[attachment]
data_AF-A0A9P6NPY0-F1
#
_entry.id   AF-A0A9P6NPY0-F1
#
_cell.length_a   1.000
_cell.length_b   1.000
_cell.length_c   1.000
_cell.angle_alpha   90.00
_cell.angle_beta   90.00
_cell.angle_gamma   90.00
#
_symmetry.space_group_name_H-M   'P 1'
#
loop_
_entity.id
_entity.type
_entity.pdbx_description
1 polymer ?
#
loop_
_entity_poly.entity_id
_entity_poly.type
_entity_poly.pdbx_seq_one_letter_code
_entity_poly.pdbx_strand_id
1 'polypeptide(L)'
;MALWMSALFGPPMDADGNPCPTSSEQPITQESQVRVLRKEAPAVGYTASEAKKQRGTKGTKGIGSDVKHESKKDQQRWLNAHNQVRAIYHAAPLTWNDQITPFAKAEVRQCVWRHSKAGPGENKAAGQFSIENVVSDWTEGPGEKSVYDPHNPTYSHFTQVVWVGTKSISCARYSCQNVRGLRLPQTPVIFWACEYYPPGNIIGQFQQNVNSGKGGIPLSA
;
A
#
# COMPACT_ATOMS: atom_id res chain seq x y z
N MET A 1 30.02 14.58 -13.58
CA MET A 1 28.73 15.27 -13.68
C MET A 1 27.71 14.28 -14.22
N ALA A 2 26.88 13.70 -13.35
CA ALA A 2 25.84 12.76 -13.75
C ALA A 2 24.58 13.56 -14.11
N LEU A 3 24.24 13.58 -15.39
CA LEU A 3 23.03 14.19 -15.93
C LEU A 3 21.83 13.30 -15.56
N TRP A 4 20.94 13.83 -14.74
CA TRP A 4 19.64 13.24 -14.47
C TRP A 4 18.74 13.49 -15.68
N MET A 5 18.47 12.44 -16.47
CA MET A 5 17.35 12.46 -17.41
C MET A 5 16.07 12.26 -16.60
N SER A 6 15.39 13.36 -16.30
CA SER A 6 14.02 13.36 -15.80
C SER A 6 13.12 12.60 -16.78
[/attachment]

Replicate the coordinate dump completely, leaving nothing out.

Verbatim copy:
data_AF-A0A9P6NPY0-F1
#
_entry.id   AF-A0A9P6NPY0-F1
#
_cell.length_a   1.000
_cell.length_b   1.000
_cell.length_c   1.000
_cell.angle_alpha   90.00
_cell.angle_beta   90.00
_cell.angle_gamma   90.00
#
_symmetry.space_group_name_H-M   'P 1'
#
loop_
_entity.id
_entity.type
_entity.pdbx_description
1 polymer ?
#
loop_
_entity_poly.entity_id
_entity_poly.type
_entity_poly.pdbx_seq_one_letter_code
_entity_poly.pdbx_strand_id
1 'polypeptide(L)'
;MALWMSALFGPPMDADGNPCPTSSEQPITQESQVRVLRKEAPAVGYTASEAKKQRGTKGTKGIGSDVKHESKKDQQRWLNAHNQVRAIYHAAPLTWNDQITPFAKAEVRQCVWRHSKAGPGENKAAGQFSIENVVSDWTEGPGEKSVYDPHNPTYSHFTQVVWVGTKSISCARYSCQNVRGLRLPQTPVIFWACEYYPPGNIIGQFQQNVNSGKGGIPLSA
;
A
#
# COMPACT_ATOMS: atom_id res chain seq x y z
N MET A 1 30.02 14.58 -13.58
CA MET A 1 28.73 15.27 -13.68
C MET A 1 27.71 14.28 -14.22
N ALA A 2 26.88 13.70 -13.35
CA ALA A 2 25.84 12.76 -13.75
C ALA A 2 24.58 13.56 -14.11
N LEU A 3 24.24 13.58 -15.39
CA LEU A 3 23.03 14.19 -15.93
C LEU A 3 21.83 13.30 -15.56
N TRP A 4 20.94 13.83 -14.74
CA TRP A 4 19.64 13.24 -14.47
C TRP A 4 18.74 13.49 -15.68
N MET A 5 18.47 12.44 -16.47
CA MET A 5 17.35 12.46 -17.41
C MET A 5 16.07 12.26 -16.60
N SER A 6 15.39 13.36 -16.30
CA SER A 6 14.02 13.36 -15.80
C SER A 6 13.12 12.60 -16.78